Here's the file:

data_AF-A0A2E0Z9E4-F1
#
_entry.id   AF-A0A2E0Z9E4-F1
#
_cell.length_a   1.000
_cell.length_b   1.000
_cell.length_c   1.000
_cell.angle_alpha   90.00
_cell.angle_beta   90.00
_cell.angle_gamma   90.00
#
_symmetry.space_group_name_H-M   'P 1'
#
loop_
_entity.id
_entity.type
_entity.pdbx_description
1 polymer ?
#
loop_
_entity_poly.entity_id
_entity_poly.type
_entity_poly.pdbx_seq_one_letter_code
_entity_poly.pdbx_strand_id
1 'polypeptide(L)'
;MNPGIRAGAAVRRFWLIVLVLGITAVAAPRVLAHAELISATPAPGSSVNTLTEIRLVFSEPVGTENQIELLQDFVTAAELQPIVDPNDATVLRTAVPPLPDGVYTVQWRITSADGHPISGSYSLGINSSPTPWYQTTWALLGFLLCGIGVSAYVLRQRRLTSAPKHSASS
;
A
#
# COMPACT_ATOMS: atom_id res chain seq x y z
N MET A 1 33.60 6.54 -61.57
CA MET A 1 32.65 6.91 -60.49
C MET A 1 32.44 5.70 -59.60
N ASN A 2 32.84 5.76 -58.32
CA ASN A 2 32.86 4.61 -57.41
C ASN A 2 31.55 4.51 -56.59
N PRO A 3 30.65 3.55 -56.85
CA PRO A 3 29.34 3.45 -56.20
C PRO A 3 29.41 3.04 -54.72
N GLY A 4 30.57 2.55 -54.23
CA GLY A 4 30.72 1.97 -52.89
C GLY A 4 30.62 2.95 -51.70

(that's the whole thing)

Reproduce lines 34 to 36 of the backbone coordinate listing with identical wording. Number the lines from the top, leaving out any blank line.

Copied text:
N ASN A 2 32.84 5.76 -58.32
CA ASN A 2 32.86 4.61 -57.41
C ASN A 2 31.55 4.51 -56.59